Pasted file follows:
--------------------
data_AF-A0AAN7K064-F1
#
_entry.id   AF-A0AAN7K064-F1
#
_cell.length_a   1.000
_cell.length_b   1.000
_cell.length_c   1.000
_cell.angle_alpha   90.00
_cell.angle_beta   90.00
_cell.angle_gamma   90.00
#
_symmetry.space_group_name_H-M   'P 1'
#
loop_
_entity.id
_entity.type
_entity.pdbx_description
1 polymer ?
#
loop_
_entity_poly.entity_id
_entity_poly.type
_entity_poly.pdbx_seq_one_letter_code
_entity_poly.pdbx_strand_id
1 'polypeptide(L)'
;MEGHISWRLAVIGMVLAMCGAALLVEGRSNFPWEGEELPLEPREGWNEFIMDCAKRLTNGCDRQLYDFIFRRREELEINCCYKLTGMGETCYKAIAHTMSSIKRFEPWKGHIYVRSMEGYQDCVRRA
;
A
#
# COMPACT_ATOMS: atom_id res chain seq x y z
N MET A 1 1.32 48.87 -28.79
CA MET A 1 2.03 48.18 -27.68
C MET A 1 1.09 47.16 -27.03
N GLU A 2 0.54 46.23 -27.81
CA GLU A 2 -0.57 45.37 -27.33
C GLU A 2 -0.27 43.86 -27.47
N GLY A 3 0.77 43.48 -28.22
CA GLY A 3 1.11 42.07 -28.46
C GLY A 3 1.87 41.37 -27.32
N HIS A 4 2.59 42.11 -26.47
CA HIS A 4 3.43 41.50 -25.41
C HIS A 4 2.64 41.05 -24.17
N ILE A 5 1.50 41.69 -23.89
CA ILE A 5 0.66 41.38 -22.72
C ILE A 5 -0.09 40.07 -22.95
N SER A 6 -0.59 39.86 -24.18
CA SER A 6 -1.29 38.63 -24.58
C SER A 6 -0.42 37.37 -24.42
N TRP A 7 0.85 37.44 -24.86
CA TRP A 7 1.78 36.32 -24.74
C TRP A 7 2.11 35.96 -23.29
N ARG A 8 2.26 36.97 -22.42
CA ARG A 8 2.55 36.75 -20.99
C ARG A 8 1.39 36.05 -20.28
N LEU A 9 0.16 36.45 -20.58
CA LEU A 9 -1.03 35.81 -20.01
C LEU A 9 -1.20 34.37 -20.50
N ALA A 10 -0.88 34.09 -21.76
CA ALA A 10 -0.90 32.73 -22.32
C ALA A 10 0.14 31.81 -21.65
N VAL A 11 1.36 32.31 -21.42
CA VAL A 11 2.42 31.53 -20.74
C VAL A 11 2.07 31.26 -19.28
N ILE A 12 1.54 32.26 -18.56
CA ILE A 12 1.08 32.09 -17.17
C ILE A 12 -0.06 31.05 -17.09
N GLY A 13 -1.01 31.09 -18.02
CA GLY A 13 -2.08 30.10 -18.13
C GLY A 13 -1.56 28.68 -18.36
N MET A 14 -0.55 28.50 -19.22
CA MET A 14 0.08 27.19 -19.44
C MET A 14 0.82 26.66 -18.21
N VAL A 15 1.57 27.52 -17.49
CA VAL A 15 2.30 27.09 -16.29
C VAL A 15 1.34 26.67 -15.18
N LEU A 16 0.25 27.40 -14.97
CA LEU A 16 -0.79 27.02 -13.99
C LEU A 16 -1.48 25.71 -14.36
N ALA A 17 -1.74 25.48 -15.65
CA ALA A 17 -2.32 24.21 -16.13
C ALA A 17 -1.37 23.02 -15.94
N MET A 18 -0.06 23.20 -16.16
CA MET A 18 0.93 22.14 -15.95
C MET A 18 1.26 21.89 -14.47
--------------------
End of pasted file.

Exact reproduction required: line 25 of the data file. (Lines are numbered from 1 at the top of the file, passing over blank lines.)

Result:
1 'polypeptide(L)'